Liberty debuts forensic sciences

January 21, 2014

By Nathan Dahm

Nathan Dahm Liberty High School

Nathan Dahm
Liberty High School

Lined with outlines of corpses, fingerprint classification charts and DNA posters, Room 128 is home to three sections of the new “Forensic Science” class at Liberty High School.

The class focuses on subjects including fingerprint analysis, toxicology, blood type and splatter patterns, and DNA investigation, and is a popular course elsewhere in the district. In its first year at Liberty, the class has drawn 93 students.

Science teacher Alisa Jeremica, who previously student-taught forensic science at Lakes High School, is teaching the class. She had asked for a forensics class after she began teaching at Liberty in 2007; approval from the Issaquah School District did not arrive until last May.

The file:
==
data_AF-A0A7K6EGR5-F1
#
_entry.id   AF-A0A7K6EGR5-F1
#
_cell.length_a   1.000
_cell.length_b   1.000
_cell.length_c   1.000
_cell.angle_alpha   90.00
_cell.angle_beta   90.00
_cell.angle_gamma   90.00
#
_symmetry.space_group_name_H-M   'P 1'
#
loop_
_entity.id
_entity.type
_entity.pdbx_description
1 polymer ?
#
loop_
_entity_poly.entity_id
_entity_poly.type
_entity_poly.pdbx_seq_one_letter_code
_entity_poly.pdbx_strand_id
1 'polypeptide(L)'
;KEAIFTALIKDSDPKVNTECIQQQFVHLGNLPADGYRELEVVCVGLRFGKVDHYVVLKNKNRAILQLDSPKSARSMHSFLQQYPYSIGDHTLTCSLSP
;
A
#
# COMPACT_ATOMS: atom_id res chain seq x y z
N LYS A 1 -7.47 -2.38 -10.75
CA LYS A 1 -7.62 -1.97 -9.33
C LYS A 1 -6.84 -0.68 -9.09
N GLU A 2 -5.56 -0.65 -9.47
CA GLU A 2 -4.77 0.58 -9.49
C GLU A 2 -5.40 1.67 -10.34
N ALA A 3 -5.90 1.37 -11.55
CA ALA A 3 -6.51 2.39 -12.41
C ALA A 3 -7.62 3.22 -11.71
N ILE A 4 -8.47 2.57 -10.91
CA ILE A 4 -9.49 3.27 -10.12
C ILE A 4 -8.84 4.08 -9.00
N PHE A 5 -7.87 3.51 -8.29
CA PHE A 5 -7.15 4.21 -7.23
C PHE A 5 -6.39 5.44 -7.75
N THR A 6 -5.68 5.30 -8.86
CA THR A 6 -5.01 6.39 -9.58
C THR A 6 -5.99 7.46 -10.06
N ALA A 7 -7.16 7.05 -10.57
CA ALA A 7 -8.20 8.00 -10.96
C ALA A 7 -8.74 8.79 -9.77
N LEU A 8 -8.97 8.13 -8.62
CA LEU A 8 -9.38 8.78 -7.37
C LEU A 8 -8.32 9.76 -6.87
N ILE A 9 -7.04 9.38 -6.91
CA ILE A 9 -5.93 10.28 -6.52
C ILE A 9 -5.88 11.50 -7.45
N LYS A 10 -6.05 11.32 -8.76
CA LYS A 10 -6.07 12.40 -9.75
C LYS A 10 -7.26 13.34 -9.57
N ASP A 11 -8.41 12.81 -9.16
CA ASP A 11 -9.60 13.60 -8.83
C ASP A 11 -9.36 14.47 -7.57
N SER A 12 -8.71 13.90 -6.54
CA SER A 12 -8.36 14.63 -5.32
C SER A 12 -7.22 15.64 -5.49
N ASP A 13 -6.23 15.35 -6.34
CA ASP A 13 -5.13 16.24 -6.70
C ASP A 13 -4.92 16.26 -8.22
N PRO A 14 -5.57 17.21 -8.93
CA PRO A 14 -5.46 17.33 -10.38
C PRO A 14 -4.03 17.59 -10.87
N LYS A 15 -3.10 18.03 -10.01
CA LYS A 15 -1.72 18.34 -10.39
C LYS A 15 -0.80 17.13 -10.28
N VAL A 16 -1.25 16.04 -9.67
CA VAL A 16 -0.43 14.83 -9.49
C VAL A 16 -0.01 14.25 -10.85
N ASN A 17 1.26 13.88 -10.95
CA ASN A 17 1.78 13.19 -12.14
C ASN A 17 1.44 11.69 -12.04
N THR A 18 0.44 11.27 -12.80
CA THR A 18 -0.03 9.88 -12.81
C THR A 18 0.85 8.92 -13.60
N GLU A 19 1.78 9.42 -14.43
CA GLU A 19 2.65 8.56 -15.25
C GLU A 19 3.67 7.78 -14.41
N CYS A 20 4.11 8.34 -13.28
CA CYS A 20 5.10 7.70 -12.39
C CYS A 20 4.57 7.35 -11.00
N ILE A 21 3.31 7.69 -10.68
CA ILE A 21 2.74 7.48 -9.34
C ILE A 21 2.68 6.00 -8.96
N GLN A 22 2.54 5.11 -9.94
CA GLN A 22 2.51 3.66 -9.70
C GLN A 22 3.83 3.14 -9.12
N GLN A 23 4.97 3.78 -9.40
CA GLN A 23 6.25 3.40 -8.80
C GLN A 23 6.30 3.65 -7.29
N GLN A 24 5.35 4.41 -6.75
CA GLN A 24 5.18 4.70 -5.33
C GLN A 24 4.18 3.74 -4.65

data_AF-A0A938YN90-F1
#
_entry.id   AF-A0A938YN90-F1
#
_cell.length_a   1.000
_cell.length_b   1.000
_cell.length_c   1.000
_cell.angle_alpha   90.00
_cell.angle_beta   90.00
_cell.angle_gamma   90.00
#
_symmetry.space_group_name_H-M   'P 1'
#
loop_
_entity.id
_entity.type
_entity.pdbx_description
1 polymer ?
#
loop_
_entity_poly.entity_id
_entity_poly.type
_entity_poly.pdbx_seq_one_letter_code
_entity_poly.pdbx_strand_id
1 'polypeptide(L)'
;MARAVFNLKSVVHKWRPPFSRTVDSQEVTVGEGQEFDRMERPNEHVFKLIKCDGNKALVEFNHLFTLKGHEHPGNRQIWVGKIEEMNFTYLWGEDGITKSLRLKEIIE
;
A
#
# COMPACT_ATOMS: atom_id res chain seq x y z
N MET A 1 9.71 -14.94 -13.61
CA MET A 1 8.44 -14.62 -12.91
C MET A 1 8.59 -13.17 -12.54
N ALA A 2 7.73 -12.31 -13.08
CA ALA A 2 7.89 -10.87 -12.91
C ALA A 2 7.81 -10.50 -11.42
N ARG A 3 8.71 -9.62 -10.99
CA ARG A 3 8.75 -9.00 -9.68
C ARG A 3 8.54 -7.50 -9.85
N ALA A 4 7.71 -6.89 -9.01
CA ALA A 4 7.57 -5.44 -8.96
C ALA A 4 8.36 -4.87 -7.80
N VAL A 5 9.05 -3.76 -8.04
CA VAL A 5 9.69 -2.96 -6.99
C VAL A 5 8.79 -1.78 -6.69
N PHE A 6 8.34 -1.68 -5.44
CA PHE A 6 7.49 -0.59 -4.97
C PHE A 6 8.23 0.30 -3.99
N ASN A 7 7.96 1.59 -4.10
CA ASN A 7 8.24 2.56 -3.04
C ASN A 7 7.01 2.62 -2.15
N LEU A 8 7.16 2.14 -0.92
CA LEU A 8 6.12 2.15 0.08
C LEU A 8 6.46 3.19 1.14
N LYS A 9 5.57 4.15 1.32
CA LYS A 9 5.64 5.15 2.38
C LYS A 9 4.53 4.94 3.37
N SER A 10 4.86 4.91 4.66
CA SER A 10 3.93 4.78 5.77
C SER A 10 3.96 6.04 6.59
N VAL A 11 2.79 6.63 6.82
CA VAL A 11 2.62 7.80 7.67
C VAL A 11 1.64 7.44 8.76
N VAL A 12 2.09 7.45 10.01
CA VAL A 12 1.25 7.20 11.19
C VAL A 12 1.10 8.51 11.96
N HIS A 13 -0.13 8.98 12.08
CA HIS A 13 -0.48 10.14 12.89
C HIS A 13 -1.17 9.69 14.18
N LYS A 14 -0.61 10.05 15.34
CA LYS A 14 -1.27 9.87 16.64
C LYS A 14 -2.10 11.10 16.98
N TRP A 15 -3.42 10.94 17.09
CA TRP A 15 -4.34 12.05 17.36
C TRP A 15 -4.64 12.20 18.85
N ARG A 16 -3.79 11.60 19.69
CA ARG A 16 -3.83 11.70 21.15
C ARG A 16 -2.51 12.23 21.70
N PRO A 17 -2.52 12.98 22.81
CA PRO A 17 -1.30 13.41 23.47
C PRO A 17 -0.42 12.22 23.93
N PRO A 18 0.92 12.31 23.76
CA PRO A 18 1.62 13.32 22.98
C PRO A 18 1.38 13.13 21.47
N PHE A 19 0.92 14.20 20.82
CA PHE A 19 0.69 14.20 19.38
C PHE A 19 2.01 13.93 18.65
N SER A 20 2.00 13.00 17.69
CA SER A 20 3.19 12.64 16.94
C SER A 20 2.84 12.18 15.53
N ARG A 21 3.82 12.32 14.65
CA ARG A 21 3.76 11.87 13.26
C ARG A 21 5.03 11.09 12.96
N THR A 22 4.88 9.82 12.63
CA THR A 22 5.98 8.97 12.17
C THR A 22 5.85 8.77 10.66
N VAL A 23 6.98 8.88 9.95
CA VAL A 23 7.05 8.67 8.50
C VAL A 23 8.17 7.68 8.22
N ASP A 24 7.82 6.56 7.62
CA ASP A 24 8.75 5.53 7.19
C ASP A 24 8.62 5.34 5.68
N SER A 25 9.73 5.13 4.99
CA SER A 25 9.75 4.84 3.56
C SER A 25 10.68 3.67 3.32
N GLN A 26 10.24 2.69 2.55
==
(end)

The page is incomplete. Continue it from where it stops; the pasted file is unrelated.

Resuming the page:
“Forensics is more of an application class than the other, more traditional sciences,” Jeremica said. “We learn one specific idea or technique from the different sciences, like biology, chemistry and physics, and then we apply that to some situation in order to solve a crime or process a certain kind of evidence.”

While it relies on concepts from biology, chemistry and physics, forensics serves as an alternative course.

“A student with a pretty string biology background, a basic understanding of chemistry and some math skills would be fine taking my class,” Jeremica said.


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